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Florida's Space Coast

The legacy of America's space program lives on.

Entrance to Cape Canaveral's Kennedy Space Center, 20 minutes north of Cocoa Beach.
Entrance to Cape Canaveral's Kennedy Space Center, 20 minutes north of Cocoa Beach.

“Houston, all systems are GO. We are ready for takeoff! Final countdown. 4, 3, 2, 1 Liftoff!”

America’s Space Coast with its telltale 321 area code extends for 75 miles along the Atlantic, south of Daytona, and encompasses both the Kennedy Space Center and the Cape Canaveral Air Force Station where NASA-launched manned (and unmanned) spaceflights have departed from 1961 with Project Mercury to the final days of the 30-year Space Shuttle Program that closed in 2011.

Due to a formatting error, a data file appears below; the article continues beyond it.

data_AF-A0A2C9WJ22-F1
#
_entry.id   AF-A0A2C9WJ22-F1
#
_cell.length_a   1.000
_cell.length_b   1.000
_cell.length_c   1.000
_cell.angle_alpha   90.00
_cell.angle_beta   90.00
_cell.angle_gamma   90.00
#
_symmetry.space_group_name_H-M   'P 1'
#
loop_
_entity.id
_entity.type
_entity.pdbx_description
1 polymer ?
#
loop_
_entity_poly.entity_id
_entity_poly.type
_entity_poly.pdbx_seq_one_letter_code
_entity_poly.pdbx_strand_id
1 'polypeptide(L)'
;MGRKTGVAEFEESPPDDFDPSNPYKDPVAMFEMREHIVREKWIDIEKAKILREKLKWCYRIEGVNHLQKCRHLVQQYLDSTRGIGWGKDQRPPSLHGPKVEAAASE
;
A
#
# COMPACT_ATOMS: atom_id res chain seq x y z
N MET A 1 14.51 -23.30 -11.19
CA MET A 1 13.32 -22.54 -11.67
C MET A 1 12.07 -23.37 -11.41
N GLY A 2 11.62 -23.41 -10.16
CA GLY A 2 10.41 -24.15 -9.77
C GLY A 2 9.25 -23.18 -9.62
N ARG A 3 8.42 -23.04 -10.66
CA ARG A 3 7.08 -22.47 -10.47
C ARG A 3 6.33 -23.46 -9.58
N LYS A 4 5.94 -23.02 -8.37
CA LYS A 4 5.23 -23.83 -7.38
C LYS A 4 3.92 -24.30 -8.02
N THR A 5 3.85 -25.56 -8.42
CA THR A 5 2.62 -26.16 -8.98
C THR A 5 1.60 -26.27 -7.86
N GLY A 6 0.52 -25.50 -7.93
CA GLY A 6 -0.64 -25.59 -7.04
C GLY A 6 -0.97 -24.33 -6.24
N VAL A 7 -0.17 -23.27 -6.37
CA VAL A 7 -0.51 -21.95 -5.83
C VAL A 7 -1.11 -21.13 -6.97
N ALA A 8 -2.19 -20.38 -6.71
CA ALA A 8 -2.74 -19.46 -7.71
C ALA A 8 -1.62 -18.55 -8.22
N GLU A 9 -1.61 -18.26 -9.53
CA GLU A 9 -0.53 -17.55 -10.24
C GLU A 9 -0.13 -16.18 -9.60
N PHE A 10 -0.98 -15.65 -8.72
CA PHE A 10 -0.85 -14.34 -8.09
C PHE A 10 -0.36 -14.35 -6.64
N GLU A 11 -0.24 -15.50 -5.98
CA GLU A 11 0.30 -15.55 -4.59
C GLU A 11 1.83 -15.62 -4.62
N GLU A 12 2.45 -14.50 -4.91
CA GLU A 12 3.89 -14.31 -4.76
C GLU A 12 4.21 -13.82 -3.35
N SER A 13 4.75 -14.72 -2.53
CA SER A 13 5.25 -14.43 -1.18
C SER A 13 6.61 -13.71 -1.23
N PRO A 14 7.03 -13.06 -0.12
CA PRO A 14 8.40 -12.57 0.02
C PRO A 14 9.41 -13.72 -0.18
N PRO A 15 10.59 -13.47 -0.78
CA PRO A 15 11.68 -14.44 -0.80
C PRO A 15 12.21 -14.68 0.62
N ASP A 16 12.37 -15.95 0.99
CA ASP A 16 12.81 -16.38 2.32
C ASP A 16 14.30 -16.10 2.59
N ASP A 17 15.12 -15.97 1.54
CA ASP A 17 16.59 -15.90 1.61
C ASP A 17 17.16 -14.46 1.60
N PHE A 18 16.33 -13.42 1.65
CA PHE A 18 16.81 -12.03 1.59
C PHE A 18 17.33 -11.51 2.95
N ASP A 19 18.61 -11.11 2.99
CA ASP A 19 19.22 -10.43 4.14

The tiny towns of Cocoa Beach and Satellite Beach had fewer than fifty residents prior to the formation of the Naval Air Station Banana River, now Patrick Air Force Base, and the Cape Canaveral Air Force Station. Their population boomed (1,000%) between the '50s and '60s as a result of the growing U.S. space program.

Even the fictional astronaut Captain Nelson lived in Cocoa Beach, along with his own private genie (Jeannie) he acquired while stranded on a deserted island after falling back to earth off course from a one-man space mission.

Kennedy Space Center

The Kennedy Space Center is a compound of exhibits including indoor and outdoor displays of rockets formerly used by NASA. Visitors can view towering rocket ships like the Atlas and Titan in Rocket Garden and sit in the claustrophobic Mercury, Gemini or Apollo capsules before venturing off to see – close up – one of the five space shuttles, the Atlantis. There are also bus tours that drive by the launch pad and the vehicle assembly building, the largest single-story building in the world.